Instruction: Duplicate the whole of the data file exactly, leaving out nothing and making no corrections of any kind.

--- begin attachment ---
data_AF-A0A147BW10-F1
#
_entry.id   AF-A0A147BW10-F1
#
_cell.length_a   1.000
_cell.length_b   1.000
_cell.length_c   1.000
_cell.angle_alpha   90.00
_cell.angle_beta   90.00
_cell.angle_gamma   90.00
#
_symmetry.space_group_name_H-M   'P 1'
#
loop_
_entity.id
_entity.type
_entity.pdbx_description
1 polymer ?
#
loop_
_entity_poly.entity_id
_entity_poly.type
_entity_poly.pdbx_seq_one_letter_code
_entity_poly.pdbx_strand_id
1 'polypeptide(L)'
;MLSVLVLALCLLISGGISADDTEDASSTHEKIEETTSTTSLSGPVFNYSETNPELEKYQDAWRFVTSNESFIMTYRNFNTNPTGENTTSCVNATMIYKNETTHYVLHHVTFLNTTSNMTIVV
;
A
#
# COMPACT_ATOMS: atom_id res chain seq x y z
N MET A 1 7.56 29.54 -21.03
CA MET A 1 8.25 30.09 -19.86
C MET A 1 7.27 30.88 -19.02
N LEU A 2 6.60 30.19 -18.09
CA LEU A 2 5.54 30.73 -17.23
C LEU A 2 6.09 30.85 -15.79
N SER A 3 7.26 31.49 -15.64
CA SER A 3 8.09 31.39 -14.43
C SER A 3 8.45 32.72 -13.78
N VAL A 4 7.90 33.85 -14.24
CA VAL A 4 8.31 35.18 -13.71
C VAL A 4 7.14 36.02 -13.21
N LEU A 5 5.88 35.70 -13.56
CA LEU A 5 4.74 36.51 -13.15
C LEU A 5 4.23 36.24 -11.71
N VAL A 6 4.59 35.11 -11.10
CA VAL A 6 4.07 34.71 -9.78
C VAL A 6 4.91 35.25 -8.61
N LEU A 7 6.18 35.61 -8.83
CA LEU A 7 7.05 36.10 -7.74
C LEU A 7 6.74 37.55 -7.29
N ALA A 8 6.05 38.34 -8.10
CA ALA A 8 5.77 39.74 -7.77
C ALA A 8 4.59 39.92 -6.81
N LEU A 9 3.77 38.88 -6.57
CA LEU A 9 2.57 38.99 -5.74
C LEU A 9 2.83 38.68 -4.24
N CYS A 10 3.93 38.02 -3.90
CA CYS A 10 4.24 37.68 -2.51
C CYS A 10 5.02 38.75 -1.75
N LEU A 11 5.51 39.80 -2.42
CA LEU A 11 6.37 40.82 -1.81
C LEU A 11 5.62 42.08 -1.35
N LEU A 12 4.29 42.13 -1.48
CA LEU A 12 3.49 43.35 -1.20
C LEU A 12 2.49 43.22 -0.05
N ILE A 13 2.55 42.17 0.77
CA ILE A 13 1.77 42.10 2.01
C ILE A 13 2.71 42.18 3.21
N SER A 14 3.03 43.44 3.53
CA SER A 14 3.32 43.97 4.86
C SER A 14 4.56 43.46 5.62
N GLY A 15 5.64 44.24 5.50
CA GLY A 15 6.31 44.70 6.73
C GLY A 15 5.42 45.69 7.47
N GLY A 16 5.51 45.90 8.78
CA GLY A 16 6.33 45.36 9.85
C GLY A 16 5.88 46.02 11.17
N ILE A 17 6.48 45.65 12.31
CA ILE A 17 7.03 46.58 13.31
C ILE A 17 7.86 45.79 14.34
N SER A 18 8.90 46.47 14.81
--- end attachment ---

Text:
data_AF-A0A147BW10-F1
#
_entry.id   AF-A0A147BW10-F1
#
_cell.length_a   1.000
_cell.length_b   1.000
_cell.length_c   1.000
_cell.angle_alpha   90.00
_cell.angle_beta   90.00
_cell.angle_gamma   90.00
#
_symmetry.space_group_name_H-M   'P 1'
#
loop_
_entity.id
_entity.type
_entity.pdbx_description
1 polymer ?
#
loop_
_entity_poly.entity_id
_entity_poly.type
_entity_poly.pdbx_seq_one_letter_code
_entity_poly.pdbx_strand_id
1 'polypeptide(L)'
;MLSVLVLALCLLISGGISADDTEDASSTHEKIEETTSTTSLSGPVFNYSETNPELEKYQDAWRFVTSNESFIMTYRNFNTNPTGENTTSCVNATMIYKNETTHYVLHHVTFLNTTSNMTIVV
;
A
#
# COMPACT_ATOMS: atom_id res chain seq x y z
N MET A 1 7.56 29.54 -21.03
CA MET A 1 8.25 30.09 -19.86
C MET A 1 7.27 30.88 -19.02
N LEU A 2 6.60 30.19 -18.09
CA LEU A 2 5.54 30.73 -17.23
C LEU A 2 6.09 30.85 -15.79
N SER A 3 7.26 31.49 -15.64
CA SER A 3 8.09 31.39 -14.43
C SER A 3 8.45 32.72 -13.78
N VAL A 4 7.90 33.85 -14.24
CA VAL A 4 8.31 35.18 -13.71
C VAL A 4 7.14 36.02 -13.21
N LEU A 5 5.88 35.70 -13.56
CA LEU A 5 4.74 36.51 -13.15
C LEU A 5 4.23 36.24 -11.71
N VAL A 6 4.59 35.11 -11.10
CA VAL A 6 4.07 34.71 -9.78
C VAL A 6 4.91 35.25 -8.61
N LEU A 7 6.18 35.61 -8.83
CA LEU A 7 7.05 36.10 -7.74
C LEU A 7 6.74 37.55 -7.29
N ALA A 8 6.05 38.34 -8.10
CA ALA A 8 5.77 39.74 -7.77
C ALA A 8 4.59 39.92 -6.81
N LEU A 9 3.77 38.88 -6.57
CA LEU A 9 2.57 38.99 -5.74
C LEU A 9 2.83 38.68 -4.24
N CYS A 10 3.93 38.02 -3.90
CA CYS A 10 4.24 37.68 -2.51
C CYS A 10 5.02 38.75 -1.75
N LEU A 11 5.51 39.80 -2.42
CA LEU A 11 6.37 40.82 -1.81
C LEU A 11 5.62 42.08 -1.35
N LEU A 12 4.29 42.13 -1.48
CA LEU A 12 3.49 43.35 -1.20
C LEU A 12 2.49 43.22 -0.05
N ILE A 13 2.55 42.17 0.77
CA ILE A 13 1.77 42.10 2.01
C ILE A 13 2.71 42.18 3.21
N SER A 14 3.03 43.44 3.53
CA SER A 14 3.32 43.97 4.86
C SER A 14 4.56 43.46 5.62
N GLY A 15 5.64 44.24 5.50
CA GLY A 15 6.31 44.70 6.73
C GLY A 15 5.42 45.69 7.47
N GLY A 16 5.51 45.90 8.78
CA GLY A 16 6.33 45.36 9.85
C GLY A 16 5.88 46.02 11.17
N ILE A 17 6.48 45.65 12.31
CA ILE A 17 7.03 46.58 13.31
C ILE A 17 7.86 45.79 14.34
N SER A 18 8.90 46.47 14.81